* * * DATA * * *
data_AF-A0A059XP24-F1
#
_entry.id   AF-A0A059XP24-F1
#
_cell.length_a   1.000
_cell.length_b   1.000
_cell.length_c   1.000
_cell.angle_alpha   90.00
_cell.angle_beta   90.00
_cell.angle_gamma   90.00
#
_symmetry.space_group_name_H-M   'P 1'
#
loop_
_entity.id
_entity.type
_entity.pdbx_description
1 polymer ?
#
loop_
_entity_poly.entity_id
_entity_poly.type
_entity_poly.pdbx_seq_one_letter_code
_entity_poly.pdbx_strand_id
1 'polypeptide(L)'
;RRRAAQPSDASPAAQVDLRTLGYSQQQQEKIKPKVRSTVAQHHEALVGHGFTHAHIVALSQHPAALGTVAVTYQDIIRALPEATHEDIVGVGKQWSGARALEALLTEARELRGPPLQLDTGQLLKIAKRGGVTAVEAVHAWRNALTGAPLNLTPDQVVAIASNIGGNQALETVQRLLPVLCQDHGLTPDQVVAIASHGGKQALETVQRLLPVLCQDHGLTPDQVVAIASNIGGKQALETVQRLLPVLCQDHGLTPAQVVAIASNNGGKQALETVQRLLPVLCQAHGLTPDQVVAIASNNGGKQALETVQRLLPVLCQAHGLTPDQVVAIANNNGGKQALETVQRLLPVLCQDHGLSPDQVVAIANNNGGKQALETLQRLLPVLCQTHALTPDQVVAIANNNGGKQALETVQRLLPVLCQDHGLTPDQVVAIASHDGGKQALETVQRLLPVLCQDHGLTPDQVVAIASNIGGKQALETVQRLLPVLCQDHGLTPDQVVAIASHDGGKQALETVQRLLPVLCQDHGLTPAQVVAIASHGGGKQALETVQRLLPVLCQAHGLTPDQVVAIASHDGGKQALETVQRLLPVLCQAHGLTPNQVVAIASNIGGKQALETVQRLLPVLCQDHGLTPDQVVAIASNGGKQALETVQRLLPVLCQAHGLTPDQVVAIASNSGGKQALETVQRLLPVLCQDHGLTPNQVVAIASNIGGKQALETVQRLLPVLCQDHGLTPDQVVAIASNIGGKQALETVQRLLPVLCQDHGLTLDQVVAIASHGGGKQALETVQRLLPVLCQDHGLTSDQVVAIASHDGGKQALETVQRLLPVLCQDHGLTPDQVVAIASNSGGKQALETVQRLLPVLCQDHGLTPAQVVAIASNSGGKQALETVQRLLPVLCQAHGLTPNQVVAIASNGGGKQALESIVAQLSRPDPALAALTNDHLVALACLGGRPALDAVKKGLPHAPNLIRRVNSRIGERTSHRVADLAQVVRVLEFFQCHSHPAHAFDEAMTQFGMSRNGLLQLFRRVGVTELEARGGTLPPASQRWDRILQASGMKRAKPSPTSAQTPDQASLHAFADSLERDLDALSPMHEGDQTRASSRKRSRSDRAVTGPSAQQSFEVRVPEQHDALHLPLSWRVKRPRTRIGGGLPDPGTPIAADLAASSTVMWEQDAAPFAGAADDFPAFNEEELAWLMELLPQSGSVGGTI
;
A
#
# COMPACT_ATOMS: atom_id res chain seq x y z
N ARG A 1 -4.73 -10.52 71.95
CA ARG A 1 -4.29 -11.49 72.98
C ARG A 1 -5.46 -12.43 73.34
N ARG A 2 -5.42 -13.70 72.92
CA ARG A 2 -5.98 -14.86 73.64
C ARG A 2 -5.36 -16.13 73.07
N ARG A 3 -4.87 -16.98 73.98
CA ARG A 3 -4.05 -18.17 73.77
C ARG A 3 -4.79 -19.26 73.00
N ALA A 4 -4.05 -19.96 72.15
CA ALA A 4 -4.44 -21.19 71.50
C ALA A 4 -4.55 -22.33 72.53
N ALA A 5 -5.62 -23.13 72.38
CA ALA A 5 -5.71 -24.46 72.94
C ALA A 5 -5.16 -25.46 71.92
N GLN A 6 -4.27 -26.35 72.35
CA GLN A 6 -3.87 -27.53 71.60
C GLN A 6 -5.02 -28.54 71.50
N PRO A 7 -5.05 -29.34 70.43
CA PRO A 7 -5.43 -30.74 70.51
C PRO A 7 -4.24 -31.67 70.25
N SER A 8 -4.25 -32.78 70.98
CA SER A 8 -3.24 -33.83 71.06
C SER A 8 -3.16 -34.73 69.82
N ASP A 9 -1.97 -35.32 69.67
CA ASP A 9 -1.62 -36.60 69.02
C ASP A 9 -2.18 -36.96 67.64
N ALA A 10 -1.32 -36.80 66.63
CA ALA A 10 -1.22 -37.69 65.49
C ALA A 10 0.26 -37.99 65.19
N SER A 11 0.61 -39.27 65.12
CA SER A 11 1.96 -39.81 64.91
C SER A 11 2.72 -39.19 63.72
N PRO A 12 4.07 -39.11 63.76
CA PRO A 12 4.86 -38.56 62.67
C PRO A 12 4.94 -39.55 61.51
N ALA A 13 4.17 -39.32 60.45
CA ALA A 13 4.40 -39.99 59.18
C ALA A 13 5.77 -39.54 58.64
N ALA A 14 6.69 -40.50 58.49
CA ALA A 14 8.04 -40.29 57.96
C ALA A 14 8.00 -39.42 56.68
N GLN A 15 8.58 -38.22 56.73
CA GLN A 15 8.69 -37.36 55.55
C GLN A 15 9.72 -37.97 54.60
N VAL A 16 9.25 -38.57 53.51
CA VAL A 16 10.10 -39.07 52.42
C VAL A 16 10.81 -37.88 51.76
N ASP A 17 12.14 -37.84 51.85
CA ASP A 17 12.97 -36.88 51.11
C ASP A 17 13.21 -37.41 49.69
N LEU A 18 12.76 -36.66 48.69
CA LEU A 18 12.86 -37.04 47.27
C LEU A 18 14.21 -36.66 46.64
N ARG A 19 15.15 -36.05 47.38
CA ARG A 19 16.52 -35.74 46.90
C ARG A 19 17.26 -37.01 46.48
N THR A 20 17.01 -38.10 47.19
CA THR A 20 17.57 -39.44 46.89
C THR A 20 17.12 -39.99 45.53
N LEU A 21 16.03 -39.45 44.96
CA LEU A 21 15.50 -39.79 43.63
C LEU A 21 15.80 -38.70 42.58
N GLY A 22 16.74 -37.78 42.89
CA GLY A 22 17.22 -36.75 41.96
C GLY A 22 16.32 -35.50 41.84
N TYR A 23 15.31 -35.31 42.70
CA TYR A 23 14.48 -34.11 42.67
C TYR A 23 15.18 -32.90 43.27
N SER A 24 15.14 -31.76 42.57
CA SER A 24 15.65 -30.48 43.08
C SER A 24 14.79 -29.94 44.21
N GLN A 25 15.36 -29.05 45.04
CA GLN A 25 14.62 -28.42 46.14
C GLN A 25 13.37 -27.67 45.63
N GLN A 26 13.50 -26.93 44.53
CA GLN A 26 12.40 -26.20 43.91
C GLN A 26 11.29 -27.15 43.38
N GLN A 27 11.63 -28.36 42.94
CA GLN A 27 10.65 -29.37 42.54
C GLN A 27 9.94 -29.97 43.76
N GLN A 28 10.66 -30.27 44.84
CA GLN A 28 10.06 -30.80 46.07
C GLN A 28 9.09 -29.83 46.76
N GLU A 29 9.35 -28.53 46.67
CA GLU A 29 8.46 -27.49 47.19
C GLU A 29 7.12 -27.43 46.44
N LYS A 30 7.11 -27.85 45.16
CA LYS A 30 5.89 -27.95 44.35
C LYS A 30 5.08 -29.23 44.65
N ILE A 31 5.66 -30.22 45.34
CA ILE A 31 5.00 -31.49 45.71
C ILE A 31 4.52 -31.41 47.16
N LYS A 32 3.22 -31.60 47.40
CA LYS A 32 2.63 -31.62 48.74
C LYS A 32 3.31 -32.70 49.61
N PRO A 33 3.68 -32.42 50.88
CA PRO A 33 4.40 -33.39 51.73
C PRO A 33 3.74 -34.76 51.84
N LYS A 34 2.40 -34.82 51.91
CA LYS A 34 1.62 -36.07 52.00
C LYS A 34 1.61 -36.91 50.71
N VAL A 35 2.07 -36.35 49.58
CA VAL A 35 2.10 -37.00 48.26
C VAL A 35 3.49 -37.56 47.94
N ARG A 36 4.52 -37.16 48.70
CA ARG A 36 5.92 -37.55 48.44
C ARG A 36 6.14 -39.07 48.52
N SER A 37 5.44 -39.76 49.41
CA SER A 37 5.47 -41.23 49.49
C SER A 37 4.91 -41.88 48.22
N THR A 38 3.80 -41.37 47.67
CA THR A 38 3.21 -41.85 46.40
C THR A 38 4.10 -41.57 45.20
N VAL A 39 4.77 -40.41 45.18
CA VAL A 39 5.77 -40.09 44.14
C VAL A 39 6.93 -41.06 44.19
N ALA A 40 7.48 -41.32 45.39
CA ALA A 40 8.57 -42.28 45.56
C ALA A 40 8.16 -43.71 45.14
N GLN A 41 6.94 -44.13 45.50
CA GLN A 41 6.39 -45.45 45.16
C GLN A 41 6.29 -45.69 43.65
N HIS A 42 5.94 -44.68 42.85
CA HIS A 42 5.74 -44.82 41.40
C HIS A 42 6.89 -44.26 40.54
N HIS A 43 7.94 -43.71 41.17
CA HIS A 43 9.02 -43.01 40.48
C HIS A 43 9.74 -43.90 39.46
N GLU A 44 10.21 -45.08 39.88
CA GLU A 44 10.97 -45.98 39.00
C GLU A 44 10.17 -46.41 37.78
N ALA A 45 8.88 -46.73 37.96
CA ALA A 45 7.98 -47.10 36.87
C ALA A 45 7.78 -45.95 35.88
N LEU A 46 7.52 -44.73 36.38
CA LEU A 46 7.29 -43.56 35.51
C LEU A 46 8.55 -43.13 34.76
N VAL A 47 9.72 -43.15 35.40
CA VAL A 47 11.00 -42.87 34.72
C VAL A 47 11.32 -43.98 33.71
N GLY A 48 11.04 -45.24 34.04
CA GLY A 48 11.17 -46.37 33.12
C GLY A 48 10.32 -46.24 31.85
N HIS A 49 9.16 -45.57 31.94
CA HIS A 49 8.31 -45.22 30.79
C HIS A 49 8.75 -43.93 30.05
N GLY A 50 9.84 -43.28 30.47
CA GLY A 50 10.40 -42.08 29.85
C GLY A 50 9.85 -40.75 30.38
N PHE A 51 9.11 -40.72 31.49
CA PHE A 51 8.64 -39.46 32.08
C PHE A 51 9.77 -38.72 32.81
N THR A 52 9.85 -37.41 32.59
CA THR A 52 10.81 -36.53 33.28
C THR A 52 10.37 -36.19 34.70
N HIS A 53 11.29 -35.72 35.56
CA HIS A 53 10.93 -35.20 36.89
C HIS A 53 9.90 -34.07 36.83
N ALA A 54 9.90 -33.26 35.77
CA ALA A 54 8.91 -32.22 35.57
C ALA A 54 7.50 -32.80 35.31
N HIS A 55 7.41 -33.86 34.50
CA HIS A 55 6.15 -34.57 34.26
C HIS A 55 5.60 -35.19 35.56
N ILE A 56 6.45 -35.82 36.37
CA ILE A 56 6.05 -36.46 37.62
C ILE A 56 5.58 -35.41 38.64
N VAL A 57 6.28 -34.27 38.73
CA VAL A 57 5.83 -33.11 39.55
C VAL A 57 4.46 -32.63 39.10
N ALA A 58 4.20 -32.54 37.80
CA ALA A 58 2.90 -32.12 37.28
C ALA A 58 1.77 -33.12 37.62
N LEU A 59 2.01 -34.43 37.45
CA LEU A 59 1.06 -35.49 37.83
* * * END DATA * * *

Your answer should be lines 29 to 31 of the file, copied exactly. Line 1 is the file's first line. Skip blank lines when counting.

#
# COMPACT_ATOMS: atom_id res chain seq x y z
N ARG A 1 -4.73 -10.52 71.95